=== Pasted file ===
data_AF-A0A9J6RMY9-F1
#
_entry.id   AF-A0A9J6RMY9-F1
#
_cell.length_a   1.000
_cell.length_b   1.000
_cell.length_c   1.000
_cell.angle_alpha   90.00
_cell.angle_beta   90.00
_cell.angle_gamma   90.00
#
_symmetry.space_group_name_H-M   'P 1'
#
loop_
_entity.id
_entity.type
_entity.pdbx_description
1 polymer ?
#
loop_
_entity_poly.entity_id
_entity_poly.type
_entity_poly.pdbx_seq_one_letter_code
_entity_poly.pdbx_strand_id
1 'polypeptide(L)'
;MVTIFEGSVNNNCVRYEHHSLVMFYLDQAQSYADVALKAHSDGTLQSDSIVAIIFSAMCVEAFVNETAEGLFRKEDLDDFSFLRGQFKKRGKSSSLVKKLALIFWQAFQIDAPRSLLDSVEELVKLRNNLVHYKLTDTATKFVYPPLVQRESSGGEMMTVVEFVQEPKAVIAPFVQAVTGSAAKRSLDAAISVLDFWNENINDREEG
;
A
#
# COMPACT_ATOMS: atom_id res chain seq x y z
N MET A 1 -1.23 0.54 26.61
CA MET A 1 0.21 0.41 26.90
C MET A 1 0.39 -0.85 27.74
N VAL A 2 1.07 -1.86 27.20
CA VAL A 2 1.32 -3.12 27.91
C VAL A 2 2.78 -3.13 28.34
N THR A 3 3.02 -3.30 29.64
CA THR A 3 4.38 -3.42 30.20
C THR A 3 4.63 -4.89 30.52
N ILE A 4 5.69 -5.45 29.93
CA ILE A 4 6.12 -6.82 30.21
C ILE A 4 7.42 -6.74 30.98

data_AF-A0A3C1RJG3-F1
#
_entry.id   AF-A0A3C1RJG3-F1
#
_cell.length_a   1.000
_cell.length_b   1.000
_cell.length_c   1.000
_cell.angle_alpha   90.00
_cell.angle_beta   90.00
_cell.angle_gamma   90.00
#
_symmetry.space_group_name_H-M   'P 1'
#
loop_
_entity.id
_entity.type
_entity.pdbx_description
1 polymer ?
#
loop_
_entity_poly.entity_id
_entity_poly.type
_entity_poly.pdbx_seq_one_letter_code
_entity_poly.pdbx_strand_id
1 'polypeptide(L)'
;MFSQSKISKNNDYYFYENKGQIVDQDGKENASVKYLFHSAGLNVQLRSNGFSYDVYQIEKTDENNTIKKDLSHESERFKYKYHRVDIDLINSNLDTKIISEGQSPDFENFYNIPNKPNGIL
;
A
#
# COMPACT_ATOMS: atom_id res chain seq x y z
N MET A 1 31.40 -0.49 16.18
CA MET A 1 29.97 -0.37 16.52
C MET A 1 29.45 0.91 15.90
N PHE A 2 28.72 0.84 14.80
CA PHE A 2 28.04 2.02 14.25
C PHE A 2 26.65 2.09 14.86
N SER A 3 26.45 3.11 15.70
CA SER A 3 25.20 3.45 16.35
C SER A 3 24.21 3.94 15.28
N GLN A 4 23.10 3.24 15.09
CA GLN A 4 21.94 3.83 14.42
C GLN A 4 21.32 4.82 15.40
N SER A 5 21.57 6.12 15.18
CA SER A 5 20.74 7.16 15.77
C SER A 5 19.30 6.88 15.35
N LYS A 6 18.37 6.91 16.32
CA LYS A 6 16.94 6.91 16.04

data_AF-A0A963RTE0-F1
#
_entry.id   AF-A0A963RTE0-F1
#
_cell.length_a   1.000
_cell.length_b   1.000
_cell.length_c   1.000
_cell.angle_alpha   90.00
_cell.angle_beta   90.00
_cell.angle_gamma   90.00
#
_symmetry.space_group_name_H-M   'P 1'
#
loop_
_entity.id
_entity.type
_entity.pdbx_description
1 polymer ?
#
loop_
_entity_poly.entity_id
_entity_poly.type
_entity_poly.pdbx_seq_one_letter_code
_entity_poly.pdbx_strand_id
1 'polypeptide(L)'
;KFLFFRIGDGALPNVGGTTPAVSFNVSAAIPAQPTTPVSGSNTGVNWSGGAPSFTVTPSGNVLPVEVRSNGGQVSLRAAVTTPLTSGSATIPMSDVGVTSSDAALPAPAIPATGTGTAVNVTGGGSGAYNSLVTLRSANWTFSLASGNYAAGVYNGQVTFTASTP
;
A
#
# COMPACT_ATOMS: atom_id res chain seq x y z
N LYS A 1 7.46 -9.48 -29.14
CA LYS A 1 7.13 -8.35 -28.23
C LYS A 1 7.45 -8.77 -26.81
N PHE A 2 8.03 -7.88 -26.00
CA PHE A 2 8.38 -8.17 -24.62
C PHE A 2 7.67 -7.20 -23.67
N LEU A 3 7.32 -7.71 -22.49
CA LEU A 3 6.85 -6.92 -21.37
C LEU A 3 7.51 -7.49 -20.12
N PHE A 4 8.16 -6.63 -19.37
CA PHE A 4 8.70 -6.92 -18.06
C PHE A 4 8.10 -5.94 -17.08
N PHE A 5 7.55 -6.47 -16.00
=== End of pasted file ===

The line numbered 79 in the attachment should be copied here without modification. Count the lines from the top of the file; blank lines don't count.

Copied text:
N SER A 3 26.45 3.11 15.70